US dollar’s recent slide may have helped Chinese equities
Japan and the euro zone countries remain in “real trouble,” analyst says.
“You can’t always get what you want,” sang the Rolling Stones, and that’s never truer than when it comes to the trilateral relationship between the dollar, the yen and the yuan.
Writing about the slide in the value of the dollar after February’s G20 meeting in Shanghai, Societe Generale analyst Albert Edwards made the point on May 12 that the greenback’s “recent slide may have helped equities and China, but Japan and the euro zone are in real trouble.”
That thought also crossed the mind of Stephen Jen at SLJ Macro Partners.
While “driving down the dollar, the US Federal Reserve might believe there is one way to put out the fire in China,” Jen wrote on 11 May, “the loser in this implicit deal had to be Japan, which, unlike China, prefers a hawkish Fed to drive up” the value of the dollar versus the yen, he said.
Logically therefore, the more recent bounce in the dollar’s value should suit Tokyo but not necessarily Beijing.
Japan’s policymakers have undoubtedly been extremely vocal in recent months, consistently complaining about “disorderly” moves in the currency markets as the yen has gained some strength versus the dollar.
Of course, Japanese policymakers were conspicuously silent on the issue of disorderly currency markets when traders devalued the yen against the dollar as markets concluded such a move was a natural accompaniment to the monetary and fiscal policy settings adopted following Shinzo Abe’s re-election as Japan’s Prime Minister in 2012.
In truth, currency traders both recognised not only the currency implications of Japan’s fiscal and monetary policy settings but also that the silence from the United States at that time reflected a lack of opposition to the yen’s fall versus the dollar, at least for much of the devaluation.
More recently, any understanding from the US side of Japanese concerns about a stronger yen has been in short supply, perhaps exemplified by US Treasury Secretary Jack Lew’s April 15 pointed comment at G20 summit in Washington that “despite recent yen appreciation, foreign exchange markets remain orderly.”
Lew didn’t sound like a man in favour of a renewed rise in the dollar versus the yen.
As Chinese policymakers grapple with China’s own economic challenges, a stronger yen, if it were to also be reflected against the yuan, would no doubt be attractive to Beijing, given China is now targeting the value of its currency against a basket of others, but it would be a mistake to think that that was any factor in Lew’s thinking.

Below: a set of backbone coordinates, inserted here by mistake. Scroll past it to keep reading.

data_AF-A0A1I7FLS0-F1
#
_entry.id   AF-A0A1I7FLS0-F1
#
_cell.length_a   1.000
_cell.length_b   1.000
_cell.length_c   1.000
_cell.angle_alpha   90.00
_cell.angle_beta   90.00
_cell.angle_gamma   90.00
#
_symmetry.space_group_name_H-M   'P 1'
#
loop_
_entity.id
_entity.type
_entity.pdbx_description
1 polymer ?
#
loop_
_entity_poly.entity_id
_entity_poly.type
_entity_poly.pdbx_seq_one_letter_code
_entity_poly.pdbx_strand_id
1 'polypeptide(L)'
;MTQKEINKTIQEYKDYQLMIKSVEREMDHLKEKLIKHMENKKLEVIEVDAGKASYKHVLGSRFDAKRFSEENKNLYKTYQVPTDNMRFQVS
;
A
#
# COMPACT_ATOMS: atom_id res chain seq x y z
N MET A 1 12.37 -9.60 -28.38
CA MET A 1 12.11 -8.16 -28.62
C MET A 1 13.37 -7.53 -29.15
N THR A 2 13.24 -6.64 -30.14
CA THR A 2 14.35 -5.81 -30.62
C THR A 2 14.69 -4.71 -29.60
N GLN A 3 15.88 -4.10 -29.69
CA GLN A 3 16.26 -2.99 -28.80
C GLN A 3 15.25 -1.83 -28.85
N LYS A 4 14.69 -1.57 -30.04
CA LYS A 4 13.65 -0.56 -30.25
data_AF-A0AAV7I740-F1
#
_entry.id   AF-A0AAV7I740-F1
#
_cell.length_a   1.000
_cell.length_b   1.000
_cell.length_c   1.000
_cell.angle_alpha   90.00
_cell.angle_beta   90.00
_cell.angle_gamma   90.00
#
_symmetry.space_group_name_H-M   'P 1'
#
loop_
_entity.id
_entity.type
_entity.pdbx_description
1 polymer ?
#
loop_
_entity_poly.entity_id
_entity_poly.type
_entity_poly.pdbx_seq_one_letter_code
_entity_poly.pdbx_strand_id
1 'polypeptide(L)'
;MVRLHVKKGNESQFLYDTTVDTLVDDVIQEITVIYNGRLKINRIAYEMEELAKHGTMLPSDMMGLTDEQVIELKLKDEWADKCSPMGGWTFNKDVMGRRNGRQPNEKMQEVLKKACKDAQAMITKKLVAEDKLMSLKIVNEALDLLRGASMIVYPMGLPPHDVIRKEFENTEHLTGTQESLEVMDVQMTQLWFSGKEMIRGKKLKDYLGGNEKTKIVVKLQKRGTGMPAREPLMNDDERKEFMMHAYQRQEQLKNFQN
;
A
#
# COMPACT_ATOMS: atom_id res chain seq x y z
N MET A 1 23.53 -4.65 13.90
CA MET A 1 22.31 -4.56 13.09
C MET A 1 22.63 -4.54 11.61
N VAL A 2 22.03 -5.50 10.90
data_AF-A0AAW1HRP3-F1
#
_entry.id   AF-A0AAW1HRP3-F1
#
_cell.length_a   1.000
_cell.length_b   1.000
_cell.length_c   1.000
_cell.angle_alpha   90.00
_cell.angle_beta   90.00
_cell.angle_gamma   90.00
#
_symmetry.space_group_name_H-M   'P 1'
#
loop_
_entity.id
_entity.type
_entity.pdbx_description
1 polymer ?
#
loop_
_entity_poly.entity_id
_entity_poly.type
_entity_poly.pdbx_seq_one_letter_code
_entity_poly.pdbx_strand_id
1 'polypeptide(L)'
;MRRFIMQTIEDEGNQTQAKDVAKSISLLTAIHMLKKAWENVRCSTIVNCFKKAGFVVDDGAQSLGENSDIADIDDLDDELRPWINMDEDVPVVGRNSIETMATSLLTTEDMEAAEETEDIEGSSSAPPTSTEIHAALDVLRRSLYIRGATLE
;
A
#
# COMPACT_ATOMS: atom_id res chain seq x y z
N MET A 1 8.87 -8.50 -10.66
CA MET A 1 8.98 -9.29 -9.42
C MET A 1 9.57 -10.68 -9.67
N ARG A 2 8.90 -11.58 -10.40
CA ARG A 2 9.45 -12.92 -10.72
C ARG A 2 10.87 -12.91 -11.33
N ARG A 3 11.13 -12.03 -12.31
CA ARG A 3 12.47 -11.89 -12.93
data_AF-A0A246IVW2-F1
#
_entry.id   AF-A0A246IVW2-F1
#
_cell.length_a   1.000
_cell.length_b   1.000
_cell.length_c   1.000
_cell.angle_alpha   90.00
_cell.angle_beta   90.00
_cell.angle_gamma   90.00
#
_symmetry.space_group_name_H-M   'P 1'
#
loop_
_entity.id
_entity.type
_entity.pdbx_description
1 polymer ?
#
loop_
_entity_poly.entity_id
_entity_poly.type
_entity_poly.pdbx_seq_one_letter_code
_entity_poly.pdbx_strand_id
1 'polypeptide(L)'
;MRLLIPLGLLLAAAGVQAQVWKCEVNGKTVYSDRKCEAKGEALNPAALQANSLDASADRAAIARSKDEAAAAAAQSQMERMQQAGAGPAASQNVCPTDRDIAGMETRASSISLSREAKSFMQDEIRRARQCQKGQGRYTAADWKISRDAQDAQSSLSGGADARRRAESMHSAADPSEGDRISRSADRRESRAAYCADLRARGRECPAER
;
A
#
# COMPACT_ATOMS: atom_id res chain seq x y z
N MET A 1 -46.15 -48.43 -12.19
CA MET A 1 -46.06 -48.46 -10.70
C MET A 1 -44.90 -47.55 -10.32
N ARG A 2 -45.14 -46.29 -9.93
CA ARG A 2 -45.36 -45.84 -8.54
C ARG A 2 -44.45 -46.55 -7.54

Indeed the US Treasury has both China and Japan in its sights when it comes to their respective foreign exchange policies unveiling a new monitoring list which included both countries, among others, on 29 April.
All in all it might appear to both Beijing and Tokyo that Washington is calling the currency tune, but even that’s not entirely true.
Indeed, in the weeks after Lew’s comment, and surely to Tokyo’s satisfaction, the yen did in fact weaken versus the dollar, as traders positioned themselves in the hope, though ultimately disappointed, for renewed policy action from the Bank of Japan.
And while some of that yen weakness has subsequently been unwound after the Bank of Japan opted to stand still on policy on 28 April, the yen’s rise versus the greenback has, at least for the moment, been seemingly arrested.
That situation might not actually wholly suit policymakers in Beijing, Tokyo or Washington but traders don’t aim to please policymakers, and prefer to identify the next set of drivers in the currency market.
Societe Generale’s Edwards, for example, believes wage inflation in the United States will force the Fed’s hand on rates and “the dollar will resume its rally and the pain in the euro zone and Japan will be transferred back to China.”
SLJ’s Jen feels that as long as US economic data does not collapse “the risks are now biased to the upside on the Fed Funds Rate and the dollar.”
However SLJ adds the caveat on Japan that “after artificially devaluing the (yen) through aggressive monetary operations, the market rate of (the dollar versus the yen) was elevated relative to its fair value.”
Given SLJ sees fair value at 91 yen to the dollar, that suggests little or no upside for the dollar versus the yen even if the greenback registers broader gains.
A new scenario might unfold that still fails to satisfy either Beijing, Tokyo or Washington entirely. But maybe that’s the true essence of the trilateral relationship between the dollar, the yen and the yuan. No one gets all of what they want.